As I was saying, Jī-chan literally flew the coop, long before Dad died. Well, he was never in a coop, but anyway. There were no flurries or clumps of feathers left behind, no tell-tale red, no streaks of excrement or entrails; no slaying of the other birds, or devouring of the eggs, so we knew that he’d gone and that a fox hadn’t got him. We kept his wings clipped, but obviously not clipped enough. Maybe we forgot a few months in a row, or he chased us from his corner of the yard on clipping day, and one day he decided he’d like to see the greater world, flapped his wings, and realised that he could. Could be that he’d got tired of us making fun of his waddley ways, or he actually didn’t like getting chucked under the chin.

Last year, Saeko took her kids to the park and she swore that out of a flock of birds that only came to the grounds in summer – though how you can tell most of the migrant ducks from the local ducks is beyond me – out of them all she swore she saw Jī. Maybe the migrant ducks are Russian too, and that’s who the swan chats with.

Ane, ducks don’t live so long.”

“I saw him. I don’t pay attention. Ryu-chan was on the edge of the water. I was sure he was going to fall in, or get bitten by a snake, so many things to worry about. But he was just looking out.”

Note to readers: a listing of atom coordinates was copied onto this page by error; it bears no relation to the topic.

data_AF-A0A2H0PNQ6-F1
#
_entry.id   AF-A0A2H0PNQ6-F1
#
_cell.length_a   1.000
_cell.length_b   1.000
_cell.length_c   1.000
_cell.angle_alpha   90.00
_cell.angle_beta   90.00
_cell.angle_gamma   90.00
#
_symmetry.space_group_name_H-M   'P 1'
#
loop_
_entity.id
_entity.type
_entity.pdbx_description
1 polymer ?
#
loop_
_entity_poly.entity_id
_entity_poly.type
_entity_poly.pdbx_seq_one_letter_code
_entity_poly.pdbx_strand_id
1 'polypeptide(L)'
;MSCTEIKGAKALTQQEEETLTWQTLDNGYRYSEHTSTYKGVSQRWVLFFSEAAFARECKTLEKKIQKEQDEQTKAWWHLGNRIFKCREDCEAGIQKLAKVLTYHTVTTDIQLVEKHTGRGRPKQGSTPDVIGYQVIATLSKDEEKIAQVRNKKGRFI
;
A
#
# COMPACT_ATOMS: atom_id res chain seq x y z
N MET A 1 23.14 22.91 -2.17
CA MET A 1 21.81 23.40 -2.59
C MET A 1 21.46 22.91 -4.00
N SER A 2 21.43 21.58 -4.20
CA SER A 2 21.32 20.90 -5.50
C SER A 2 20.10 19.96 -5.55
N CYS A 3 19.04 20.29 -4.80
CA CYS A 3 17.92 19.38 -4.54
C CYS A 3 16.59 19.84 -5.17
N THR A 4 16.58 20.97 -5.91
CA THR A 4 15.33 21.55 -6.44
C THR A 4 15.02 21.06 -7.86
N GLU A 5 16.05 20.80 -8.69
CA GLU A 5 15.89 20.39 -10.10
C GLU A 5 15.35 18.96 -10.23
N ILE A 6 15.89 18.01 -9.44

“Ryu-chan?” I imagined her six year-old accidentally-on-purpose tumbling into the shallow water, my sister’s frazzled expression. I found it difficult to imagine him standing calmly.

She nodded. “I was going to yell, move away, move away, but I held my tongue and looked out to see what he was staring at. This brown and cream bird, and then Ryu turned and stared at me. Not a word.”

I nodded.

“We had the bread, ‘cause you know the kids like to feed the ducks, but no other ducks would come up. This one though, and I want to tell you, we were standing at the place where Papa used to take us fishing, made a beeline for us, pecked at a few pieces we’d thrown in the water, left the crumbs as if they weren’t good enough, and then looked at me.”

“Looked at you.”

Saeko nodded, adamant.

“Then he ruffled his plumage . . .”

“Like rustling a paper . . .”

“And he rummaged through his down, smoothing feathers here, fluffing them there . . .”

“Like styling his hair with an old plastic comb . . .”

We laughed. It was August, the time for ancestors to revisit the living. Why not? Why not in the park he loved?

Our mother thought we were bonkers of course. Stark Raving Mad were her exact words, and she wouldn’t join us. She has her own way of doing things, and since Dad died, it usually involves going to the health club and gossiping with the other old ladies over a long hot bath. I don’t think she repeated our news though. Uncle’s son takes care of the rice fields now, and of course Mum is always close enough to contribute her two-bits worth, whether that be via phone or physically, but now she enjoys plenty of time away from that back-breaking work too.

Uncle comes to the park though. He still goes jogging, but he says it’s lonely running by himself. He’s fitter than all of us.


Jī, the new Jī, flew away from the park before the first snow last year, but he’s back this year for summer. At first we came at a few different times of the day, but we couldn’t see him, but then Uncle said he’d seen him in the half hour before sunset. We decided that was the best time and we wait for him in two places. One is the fishing spot near the cherry tree, and the other is in front of the ryokan-inn where Dad would often stop and share a smoke with the owner.